A week after the Zimbabwean military captured power and put President Robert Mugabe under house arrest, mystery still surrounds what has been termed as the most peaceful coup in Africa.
It is still not clear what the military sought to achieve from the overnight operation on Tuesday as the 93-year-old Mugabe is still, at least constitutionally, the President of Zimbabwe.
Even after being sacked as the President of the ruling party ZANU-PF and replaced by his former deputy Emmerson Mnangagwa, whom he had fired two weeks ago, Mugabe has defied calls for him to step down as President.
War veterans and members of ZANU-PF, who have been the political mainstay of President Mugabe for the 38 years he has been in power, had given him until Monday afternoon to resign, failure to which they would sponsor his impeachment in parliament.
Mugabe was expected to issue his official resignation statement on Sunday night but it didn’t happen, leaving many Zimbabweans confused about the country’s future.
Flanked by military generals, President Mugabe issued a rambling speech on live TV, blaming the current economic situation in the country on the serious infighting within ZANU-PF.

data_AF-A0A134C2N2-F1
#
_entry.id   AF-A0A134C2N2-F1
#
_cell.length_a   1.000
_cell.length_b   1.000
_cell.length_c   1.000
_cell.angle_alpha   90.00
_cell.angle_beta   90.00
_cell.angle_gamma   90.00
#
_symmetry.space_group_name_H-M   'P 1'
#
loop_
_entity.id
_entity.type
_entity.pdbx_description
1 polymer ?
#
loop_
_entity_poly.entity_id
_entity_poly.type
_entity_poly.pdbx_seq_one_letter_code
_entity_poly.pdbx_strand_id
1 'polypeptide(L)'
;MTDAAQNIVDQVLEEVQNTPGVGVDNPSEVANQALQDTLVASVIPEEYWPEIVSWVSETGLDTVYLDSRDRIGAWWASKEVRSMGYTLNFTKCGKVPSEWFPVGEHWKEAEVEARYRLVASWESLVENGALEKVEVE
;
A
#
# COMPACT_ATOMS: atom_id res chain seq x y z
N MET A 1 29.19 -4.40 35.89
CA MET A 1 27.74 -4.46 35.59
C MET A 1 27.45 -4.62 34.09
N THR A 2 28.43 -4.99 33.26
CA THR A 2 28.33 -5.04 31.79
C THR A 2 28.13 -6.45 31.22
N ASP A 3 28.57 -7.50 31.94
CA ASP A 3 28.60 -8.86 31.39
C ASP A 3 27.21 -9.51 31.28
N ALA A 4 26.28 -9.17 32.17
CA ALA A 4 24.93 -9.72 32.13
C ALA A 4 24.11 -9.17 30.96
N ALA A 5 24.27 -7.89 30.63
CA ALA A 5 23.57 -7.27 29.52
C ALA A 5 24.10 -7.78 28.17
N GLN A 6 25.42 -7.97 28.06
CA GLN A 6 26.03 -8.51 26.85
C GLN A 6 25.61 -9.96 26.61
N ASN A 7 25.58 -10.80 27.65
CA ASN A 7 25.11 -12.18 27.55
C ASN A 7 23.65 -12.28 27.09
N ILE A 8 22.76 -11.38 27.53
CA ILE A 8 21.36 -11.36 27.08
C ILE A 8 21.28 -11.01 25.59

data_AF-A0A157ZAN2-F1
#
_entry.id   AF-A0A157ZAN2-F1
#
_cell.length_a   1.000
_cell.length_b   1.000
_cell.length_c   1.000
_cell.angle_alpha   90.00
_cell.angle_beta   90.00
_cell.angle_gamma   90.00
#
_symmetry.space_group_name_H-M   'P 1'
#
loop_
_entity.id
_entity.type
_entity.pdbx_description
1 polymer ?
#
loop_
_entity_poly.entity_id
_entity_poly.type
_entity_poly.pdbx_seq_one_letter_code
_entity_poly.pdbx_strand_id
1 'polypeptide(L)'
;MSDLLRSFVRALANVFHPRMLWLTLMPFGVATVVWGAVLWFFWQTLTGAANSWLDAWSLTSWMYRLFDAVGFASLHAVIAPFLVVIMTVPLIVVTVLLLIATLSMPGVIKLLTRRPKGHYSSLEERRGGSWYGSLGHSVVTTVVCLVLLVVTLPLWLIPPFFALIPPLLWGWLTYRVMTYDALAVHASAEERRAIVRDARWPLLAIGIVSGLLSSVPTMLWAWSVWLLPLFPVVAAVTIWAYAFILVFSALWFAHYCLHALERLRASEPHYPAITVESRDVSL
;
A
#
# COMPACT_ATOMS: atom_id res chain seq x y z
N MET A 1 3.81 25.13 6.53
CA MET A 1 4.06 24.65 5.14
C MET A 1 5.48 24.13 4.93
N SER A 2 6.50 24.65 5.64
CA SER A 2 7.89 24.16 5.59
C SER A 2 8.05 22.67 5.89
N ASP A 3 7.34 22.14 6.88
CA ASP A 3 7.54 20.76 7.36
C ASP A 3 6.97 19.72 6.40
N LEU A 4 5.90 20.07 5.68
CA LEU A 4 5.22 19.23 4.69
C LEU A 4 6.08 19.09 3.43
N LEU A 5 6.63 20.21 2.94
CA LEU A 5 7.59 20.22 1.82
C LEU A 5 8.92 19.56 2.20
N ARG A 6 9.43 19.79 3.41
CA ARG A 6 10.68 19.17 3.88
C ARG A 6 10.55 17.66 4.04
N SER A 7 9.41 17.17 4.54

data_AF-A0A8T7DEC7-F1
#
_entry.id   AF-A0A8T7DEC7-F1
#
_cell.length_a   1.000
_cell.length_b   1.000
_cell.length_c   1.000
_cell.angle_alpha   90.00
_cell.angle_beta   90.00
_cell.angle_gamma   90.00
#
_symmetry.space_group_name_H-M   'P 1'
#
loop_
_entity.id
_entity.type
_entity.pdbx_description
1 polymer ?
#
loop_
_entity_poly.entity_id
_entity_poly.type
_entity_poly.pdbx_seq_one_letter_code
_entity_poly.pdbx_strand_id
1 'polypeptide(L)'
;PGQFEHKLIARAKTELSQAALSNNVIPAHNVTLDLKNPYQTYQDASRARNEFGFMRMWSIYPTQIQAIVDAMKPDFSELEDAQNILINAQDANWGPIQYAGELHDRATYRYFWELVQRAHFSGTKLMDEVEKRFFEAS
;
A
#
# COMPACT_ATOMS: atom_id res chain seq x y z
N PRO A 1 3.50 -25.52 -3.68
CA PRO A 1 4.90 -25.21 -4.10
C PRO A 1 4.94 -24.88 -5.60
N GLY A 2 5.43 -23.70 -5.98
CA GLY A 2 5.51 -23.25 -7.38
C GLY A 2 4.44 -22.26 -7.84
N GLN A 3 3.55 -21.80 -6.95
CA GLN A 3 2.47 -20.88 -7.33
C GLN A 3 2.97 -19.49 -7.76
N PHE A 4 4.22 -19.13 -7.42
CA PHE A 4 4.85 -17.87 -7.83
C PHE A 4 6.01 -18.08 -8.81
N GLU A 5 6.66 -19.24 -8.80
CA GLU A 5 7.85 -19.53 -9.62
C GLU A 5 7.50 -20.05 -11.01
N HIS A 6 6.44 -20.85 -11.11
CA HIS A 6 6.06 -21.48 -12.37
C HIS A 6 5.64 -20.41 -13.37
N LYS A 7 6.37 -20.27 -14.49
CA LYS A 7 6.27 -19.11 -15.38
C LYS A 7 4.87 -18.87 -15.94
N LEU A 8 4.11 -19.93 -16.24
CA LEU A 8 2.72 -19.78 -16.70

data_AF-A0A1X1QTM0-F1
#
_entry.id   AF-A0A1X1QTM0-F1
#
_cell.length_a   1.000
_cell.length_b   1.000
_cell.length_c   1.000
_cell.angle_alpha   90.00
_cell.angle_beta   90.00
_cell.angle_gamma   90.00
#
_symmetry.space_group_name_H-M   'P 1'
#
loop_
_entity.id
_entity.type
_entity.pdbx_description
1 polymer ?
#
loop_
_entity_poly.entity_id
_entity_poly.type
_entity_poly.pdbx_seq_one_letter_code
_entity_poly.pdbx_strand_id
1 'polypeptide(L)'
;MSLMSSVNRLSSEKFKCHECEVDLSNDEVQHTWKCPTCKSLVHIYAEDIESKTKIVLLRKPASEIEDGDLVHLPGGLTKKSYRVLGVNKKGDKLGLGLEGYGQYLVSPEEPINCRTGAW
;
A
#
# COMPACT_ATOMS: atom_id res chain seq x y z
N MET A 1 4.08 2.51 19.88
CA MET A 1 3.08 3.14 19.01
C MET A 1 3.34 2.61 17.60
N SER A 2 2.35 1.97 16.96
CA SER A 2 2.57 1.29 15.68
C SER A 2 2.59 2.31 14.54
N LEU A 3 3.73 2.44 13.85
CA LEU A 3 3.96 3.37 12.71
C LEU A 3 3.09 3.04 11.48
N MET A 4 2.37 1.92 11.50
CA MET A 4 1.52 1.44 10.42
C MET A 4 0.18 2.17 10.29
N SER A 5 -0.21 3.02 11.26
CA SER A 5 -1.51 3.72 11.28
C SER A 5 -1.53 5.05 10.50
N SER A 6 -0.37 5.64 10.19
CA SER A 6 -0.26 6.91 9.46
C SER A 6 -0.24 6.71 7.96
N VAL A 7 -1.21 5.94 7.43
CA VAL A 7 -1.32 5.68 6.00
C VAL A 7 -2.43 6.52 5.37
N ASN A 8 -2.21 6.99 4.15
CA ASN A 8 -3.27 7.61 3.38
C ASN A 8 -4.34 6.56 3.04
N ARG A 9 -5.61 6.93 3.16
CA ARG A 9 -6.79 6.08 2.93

The veteran head of state also dismissed Tuesday’s coup as inconsequential, saying it was “not a threat” to his authority.
“We cannot be guided by bitterness. We must learn to forgive and resolve contradictions real or perceived in a comradely Zimbabwean spirit,” Mugabe said in the 20-minute speech.
Rumor has it that Mugabe was ready to resign on Sunday but his resignation speech was swapped at the last minute.
A video has also emerged purporting to show the moment when the Zimbabwean army generals switched the president’s speech on Sunday.
Mugabe’s statement has sparked mixed reactions across the country, with the head of the influential war veterans’ association, Chris Mutsvangwa, dismissing the president’s speech as irrelevant.
“We will go for impeachment and we are calling people back to the streets,” Mutsvangwa told AFP on Sunday.
On Saturday, hundreds of Zimbabweans marched on the streets of the capital Harare in a show of solidarity with the military. Many said they were happy about the coup and called on Mugabe to retire peacefully.
Mugabe just played the Army. He says he read a wrong speech. No resignation on read out. ????
— Bo Mbindwane (@mbindwane) November 19, 2017
It is not clear what the next course of action for the military and Zimbabweans will be as Mugabe continues to refer to himself as the head of state and the commander-in-chief.